do and discourage them from making changes as circumstances warrant. At a large defense contractor, for instance,
people got low marks for not delivering exactly what they had
promised, even if they delivered something better – which led
people to underpromise, eventually reducing employees’ aspirations and driving out innovation.
In the early 1990s, Bank of Boston (now part of Bank of
America) set up an innovative unit called First Community
Bank (FCB), the first comprehensive banking initiative to
focus on inner-city markets. FCB struggled to convince mainstream managers in Bank of Boston’s retail-banking group that
the usual performance metrics, such as transaction time and
profitability per customer, were not appropriate for this market – which required customer education, among other things
– or for a new venture that still needed investment.
Mainstream managers argued that “underperforming” branches should be closed. In order to save the innovation, FCB
leaders had to invent their own metrics, based on customer
satisfaction and loyalty, and find creative ways to show results
by clusters of branches. The venture later proved both profitable and important to the parent bank as it embarked on a
series of acquisitions.
CONNECTIONS TOO LOOSE,
SEPARATIONS TOO SHARP
While holding fledgling enterprises to the same processes as
established businesses is dangerous, companies must be careful how they structure the two entities, to avoid a clash of cultures or conflicting agendas.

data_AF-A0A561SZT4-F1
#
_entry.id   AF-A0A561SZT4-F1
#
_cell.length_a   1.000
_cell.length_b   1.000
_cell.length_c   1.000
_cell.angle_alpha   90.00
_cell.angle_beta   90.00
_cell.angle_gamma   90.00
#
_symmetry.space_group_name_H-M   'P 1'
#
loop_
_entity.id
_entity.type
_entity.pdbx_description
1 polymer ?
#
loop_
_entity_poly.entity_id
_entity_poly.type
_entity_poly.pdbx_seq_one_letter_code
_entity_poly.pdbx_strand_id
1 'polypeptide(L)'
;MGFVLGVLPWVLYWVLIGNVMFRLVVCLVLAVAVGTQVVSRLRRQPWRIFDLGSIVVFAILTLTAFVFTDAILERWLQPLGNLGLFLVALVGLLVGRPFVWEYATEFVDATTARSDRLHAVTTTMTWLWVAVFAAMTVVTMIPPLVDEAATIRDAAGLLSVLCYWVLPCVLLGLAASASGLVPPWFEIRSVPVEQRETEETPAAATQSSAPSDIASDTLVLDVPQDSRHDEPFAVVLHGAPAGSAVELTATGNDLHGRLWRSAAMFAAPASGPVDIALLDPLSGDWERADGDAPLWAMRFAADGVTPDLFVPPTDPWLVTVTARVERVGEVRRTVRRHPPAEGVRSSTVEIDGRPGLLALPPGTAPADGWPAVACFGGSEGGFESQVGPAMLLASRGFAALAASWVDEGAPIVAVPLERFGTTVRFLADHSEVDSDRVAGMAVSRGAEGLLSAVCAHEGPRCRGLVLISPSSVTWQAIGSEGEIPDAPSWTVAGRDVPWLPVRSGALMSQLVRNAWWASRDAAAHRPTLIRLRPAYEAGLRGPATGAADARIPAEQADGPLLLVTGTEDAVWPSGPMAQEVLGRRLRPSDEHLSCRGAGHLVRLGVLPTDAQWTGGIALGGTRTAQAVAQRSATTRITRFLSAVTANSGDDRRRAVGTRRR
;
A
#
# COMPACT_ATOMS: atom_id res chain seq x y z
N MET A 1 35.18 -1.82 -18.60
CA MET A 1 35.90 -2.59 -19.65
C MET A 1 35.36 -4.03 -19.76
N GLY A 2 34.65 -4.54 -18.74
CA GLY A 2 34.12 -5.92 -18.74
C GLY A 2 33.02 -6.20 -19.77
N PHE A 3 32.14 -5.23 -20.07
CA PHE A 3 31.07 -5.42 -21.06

The more dramatic approach is to create a unit apart from the
mainstream business, which must still serve its embedded
base. This was the logic behind the launch of Saturn as an
autonomous subsidiary of General Motors.
GM’s rules were suspended, and the Saturn team was encouraged to innovate in every aspect of vehicle design, production,
marketing, sales, and customer service. The hope was that the
best ideas would be incorporated back at the parent company,
but instead, after a successful launch, Saturn was reintegrated
into GM, and many of its innovations disappeared.
In the time it took for Saturn to hit its stride, Toyota – which
favored continuous improvement over blockbusters or greenfield initiatives like Saturn – was still ahead of GM in quality,
customer satisfaction, and market share growth.
Similarly, U.S. charter schools were freed from the rules of
public school systems so they could innovate and thus serve as
models for improved education. They’ve employed many innovative practices, including longer school days and focused cur-ricula, but there is little evidence that charter schools have
influenced changes in the rest of their school districts.
The problem in both cases can be attributed to poor connections between the greenfield and the mainstream. Indeed,
when people operate in silos, companies may miss innovation
opportunities altogether. Game-changing innovations often
cut across established channels or combine elements of existing capacity in new ways.
CBS was once the world’s largest broadcaster and owned the
world’s largest record company, yet it failed to invent music
video, losing this opportunity to MTV. In the late 1990s,
Gillette had a toothbrush unit (Oral B), an appliance unit
(Braun), and a battery unit (Duracell), but lagged in introducing a battery-powered toothbrush.
The likelihood that companies will miss or stifle innovations
increases when the potential innovations involve expertise
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